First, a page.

I appreciate a friend reminding me of this via a tattoo on her wrist that says so in indelible, not invisible, ink. I read it and thought, yeah, me too. Then the overlords and Barbies and their evil minions in my head said, "What does that mean? How are you enough? Enough what? Enough for what? "

So I've started listing the answers. I'm enough of all things to appreciate myself. I do enough to say no to things that don't work for me, for WHATEVER reason. I am a good enough mom to feel ok about the reality of needing time for myself too and about the times that I'm not the most awesome mom in the world. I am thin enough to feel good about my body and my self. I'm good enough to not condemn myself without changing and without promises to change in that moment.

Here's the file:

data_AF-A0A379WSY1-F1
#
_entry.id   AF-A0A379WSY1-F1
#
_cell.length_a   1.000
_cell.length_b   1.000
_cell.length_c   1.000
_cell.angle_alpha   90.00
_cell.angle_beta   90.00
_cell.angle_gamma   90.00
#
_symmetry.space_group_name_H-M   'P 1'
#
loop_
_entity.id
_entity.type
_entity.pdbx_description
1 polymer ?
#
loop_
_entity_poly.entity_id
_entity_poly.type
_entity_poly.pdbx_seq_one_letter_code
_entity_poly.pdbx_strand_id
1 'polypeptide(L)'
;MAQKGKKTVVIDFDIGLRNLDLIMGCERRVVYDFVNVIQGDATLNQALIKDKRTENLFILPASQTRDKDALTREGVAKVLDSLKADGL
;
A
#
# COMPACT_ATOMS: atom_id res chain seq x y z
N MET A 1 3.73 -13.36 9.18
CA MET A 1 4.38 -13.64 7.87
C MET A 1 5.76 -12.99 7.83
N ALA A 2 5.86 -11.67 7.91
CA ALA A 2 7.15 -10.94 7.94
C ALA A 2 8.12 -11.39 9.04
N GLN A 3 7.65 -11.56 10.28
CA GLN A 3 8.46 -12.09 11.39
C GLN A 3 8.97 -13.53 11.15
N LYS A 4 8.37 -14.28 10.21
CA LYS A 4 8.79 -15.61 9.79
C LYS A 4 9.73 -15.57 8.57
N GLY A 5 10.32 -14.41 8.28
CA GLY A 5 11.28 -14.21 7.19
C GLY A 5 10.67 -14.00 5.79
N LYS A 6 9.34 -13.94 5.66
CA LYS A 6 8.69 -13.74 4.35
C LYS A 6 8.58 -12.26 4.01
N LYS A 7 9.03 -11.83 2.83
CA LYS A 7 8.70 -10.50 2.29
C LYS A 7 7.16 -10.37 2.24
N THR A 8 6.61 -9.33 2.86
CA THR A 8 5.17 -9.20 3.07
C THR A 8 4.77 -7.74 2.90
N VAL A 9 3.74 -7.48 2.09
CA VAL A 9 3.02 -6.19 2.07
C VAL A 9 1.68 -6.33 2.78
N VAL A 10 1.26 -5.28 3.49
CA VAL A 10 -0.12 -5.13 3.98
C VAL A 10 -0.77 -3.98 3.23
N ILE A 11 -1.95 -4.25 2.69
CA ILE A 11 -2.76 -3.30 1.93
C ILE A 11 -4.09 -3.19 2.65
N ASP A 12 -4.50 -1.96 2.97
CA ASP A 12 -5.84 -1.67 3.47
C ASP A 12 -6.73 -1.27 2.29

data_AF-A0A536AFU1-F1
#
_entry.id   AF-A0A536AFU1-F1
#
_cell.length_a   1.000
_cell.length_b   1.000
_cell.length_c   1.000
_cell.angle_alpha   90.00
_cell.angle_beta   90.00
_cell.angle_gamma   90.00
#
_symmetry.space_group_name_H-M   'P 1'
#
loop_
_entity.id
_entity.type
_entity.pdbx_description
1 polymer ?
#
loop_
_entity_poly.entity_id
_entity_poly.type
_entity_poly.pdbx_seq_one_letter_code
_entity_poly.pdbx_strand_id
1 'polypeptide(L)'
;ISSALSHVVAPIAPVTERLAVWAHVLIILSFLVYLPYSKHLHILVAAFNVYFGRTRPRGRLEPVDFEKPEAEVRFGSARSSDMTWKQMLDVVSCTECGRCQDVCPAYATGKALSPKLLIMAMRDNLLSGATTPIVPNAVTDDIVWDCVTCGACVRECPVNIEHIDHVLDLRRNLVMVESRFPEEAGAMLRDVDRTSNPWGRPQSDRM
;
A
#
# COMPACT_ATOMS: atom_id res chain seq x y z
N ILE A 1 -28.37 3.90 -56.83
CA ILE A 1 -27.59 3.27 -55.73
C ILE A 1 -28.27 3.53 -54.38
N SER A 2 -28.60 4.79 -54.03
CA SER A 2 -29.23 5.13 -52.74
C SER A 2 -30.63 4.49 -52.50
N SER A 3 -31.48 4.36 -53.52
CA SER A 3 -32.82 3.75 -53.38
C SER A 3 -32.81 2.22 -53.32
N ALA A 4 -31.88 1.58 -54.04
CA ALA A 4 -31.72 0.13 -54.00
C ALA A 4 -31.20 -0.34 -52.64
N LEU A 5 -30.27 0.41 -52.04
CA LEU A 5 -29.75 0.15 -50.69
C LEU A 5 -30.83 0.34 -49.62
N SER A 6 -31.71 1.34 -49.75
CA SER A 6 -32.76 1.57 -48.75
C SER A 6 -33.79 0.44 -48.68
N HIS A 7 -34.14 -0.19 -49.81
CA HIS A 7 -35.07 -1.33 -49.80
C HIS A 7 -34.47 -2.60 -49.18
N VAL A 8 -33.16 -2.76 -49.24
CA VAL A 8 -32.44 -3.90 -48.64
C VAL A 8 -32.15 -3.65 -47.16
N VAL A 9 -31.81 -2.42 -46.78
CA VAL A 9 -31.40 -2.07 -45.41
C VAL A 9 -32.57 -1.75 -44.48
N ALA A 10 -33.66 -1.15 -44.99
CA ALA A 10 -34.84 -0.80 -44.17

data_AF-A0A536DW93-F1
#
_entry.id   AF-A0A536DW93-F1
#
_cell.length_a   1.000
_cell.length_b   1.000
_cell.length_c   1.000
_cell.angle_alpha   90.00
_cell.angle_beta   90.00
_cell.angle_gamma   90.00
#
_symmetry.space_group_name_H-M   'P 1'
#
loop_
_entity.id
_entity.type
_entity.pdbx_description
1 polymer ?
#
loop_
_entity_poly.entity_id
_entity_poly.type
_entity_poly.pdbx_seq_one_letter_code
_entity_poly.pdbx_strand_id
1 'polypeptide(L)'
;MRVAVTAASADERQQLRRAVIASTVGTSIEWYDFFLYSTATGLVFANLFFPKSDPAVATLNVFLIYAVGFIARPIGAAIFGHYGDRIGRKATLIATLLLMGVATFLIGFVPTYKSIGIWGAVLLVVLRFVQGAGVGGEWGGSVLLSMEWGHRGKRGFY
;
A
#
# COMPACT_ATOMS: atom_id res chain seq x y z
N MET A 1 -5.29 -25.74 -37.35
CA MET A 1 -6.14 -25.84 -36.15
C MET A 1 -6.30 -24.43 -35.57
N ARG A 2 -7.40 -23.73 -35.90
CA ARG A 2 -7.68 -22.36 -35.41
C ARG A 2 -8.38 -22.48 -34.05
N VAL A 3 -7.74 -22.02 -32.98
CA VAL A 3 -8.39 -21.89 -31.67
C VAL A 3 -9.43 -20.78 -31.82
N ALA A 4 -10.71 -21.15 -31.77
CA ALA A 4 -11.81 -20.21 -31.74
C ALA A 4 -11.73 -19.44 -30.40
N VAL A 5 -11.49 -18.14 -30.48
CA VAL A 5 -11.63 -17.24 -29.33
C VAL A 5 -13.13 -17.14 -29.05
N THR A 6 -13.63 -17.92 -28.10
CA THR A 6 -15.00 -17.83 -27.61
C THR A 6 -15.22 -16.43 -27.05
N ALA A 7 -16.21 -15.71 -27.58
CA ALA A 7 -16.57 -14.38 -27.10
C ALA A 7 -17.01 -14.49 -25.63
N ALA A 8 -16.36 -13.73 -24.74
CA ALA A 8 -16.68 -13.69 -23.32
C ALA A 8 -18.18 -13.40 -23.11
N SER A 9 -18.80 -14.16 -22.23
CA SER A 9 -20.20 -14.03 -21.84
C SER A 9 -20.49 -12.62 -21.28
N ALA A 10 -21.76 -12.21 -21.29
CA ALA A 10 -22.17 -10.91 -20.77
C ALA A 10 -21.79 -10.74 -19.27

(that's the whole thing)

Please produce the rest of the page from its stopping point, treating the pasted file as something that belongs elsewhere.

Feed yourself.

I think the bottom line is this: do the things that make you feel fed and that put your values into action.

For me, what I often need is time for myself. Sometimes I arrange it, though not as often as I'd like. One time in the summer I got 36 hours to myself and could not remember what I like to do!  So I called my friend. She offered me a list of things that might be fun. Oh, yeah, I remembered. Once I got started, I knew exactly what to do.

So, ask your friends for help if you need to, but do it. What feeds you?

Happy New Year.

A version of this was originally published on the Community Building website.